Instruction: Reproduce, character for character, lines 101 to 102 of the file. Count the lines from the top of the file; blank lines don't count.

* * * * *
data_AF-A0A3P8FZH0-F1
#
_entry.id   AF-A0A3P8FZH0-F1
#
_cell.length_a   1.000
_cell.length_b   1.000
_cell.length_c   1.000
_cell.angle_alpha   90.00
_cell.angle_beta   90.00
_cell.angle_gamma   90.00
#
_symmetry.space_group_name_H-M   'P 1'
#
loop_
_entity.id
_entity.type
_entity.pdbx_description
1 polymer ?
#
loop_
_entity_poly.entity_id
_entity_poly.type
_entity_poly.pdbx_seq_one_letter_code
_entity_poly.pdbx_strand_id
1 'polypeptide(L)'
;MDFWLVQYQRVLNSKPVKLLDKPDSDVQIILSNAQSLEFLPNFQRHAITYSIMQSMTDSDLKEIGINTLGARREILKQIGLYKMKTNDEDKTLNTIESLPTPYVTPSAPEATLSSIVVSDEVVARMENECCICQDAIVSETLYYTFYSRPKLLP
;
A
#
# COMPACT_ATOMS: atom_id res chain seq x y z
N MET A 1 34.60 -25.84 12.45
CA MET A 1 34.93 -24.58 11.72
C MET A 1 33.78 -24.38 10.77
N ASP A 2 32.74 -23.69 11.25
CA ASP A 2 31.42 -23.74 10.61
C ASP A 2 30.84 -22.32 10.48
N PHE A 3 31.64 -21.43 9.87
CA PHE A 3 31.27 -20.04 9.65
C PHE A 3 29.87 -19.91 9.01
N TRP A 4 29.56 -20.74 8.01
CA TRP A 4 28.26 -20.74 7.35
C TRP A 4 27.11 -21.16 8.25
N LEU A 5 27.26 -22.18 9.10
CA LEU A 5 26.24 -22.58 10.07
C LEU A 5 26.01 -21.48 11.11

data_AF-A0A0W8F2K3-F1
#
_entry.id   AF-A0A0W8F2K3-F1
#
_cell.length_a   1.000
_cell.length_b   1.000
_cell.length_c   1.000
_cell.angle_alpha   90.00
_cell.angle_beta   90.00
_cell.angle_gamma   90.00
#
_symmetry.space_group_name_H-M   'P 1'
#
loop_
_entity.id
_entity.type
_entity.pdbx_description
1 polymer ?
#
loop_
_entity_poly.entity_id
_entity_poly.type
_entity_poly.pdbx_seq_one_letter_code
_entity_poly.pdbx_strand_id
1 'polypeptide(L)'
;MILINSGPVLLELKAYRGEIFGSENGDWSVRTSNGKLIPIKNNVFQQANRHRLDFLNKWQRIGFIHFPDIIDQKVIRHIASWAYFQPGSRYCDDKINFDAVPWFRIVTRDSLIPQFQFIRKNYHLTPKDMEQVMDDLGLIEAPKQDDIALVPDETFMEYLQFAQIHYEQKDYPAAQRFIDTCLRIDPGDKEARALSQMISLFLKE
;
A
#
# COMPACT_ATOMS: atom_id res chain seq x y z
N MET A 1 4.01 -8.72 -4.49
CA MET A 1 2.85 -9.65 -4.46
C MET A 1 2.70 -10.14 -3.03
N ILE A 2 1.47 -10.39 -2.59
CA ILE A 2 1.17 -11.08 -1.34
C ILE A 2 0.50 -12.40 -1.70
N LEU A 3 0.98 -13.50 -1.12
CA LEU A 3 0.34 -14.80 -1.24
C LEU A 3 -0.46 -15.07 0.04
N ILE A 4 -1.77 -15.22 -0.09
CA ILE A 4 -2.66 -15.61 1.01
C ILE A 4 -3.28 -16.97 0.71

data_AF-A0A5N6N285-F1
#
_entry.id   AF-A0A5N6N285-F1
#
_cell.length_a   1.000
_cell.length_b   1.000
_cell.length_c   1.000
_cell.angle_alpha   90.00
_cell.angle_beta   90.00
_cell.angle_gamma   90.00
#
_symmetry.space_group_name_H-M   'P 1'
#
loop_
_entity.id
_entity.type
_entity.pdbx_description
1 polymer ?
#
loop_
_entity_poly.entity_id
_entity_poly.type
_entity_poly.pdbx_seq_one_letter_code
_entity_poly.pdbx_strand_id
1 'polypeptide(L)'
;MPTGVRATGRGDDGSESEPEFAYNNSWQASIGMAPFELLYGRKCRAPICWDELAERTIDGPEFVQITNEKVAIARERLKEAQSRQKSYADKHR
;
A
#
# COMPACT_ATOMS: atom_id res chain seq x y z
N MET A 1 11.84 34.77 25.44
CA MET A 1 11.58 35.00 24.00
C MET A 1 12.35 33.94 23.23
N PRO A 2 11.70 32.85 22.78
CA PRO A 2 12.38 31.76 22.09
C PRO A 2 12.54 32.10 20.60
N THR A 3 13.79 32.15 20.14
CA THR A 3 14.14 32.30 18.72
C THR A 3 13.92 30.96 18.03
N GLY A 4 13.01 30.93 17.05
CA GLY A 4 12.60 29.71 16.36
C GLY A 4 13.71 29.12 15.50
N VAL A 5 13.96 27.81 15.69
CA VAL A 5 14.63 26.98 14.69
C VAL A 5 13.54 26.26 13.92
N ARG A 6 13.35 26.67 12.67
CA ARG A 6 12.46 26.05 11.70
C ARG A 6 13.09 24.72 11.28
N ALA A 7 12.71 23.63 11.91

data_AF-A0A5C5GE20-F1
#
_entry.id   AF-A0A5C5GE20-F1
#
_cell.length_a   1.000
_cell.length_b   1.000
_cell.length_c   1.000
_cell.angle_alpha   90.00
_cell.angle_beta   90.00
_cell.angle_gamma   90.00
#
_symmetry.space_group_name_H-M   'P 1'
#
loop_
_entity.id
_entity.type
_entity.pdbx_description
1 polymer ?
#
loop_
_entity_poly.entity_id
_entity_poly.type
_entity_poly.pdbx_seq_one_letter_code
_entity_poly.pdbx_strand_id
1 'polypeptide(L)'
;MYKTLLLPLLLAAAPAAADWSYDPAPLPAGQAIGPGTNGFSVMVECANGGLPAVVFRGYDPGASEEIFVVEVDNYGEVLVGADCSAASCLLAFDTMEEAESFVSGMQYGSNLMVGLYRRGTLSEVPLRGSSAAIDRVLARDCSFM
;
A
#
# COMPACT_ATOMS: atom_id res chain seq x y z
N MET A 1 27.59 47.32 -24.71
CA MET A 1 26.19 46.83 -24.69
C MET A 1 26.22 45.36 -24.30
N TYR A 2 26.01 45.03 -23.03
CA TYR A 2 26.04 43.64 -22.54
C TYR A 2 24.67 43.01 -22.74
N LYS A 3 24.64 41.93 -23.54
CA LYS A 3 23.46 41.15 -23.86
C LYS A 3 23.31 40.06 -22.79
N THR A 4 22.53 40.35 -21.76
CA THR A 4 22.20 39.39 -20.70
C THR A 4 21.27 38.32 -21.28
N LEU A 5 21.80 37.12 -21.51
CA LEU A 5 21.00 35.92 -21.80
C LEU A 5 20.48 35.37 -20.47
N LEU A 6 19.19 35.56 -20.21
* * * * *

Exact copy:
loop_
_entity.id